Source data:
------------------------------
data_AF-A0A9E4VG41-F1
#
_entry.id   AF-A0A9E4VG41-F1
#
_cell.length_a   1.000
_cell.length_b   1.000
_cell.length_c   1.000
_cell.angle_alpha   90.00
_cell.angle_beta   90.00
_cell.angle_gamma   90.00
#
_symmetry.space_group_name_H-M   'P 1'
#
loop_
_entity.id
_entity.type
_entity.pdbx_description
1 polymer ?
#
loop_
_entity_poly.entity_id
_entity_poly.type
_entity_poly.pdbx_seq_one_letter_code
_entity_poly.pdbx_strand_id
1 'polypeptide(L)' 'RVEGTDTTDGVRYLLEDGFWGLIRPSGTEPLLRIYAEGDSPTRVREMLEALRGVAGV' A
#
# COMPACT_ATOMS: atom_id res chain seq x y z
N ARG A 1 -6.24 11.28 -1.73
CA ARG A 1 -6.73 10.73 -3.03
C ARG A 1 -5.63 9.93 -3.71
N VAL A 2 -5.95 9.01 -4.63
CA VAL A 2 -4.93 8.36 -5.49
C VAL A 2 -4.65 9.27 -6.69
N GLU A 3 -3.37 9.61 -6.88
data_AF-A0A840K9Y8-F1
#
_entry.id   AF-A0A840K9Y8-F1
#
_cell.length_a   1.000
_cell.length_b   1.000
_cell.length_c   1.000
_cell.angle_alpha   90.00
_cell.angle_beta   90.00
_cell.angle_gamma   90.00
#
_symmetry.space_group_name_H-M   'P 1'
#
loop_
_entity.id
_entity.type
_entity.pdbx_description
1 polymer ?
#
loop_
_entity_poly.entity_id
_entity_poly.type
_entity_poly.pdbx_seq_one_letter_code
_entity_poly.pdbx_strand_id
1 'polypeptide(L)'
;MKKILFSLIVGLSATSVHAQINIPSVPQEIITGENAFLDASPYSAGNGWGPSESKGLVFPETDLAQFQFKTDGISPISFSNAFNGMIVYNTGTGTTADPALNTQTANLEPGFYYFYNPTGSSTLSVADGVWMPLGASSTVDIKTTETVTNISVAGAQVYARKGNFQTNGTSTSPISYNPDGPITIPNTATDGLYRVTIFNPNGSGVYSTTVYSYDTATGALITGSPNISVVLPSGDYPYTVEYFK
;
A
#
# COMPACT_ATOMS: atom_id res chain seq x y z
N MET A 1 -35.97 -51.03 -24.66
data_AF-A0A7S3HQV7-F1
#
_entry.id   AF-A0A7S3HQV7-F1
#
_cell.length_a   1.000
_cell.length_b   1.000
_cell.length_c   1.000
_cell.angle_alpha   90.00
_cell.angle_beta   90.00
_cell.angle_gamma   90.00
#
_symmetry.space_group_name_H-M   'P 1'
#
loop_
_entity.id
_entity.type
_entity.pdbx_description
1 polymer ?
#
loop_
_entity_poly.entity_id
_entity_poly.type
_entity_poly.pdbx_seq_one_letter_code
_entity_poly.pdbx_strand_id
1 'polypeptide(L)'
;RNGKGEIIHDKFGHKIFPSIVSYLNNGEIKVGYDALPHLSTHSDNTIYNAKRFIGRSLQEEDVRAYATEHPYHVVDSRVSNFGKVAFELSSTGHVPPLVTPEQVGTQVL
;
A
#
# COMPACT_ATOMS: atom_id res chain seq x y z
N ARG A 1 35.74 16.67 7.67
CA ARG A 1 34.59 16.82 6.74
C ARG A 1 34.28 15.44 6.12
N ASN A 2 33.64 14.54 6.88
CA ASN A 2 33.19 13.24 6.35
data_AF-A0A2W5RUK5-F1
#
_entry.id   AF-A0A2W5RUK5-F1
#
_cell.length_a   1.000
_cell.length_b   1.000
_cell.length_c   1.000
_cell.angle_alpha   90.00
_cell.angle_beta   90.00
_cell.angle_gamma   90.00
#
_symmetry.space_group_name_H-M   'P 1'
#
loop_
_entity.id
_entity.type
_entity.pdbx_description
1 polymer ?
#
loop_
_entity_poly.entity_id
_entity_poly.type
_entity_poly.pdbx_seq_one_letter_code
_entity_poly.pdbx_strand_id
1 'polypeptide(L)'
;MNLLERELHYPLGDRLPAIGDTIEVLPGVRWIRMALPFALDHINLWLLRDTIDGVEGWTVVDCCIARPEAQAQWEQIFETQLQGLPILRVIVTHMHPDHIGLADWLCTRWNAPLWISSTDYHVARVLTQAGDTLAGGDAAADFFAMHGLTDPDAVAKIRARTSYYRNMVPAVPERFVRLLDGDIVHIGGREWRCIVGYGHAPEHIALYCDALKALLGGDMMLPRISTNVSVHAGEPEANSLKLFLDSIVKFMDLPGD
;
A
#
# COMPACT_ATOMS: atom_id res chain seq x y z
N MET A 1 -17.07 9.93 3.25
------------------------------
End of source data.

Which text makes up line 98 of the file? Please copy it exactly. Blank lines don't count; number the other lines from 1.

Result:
C ARG A 1 34.28 15.44 6.12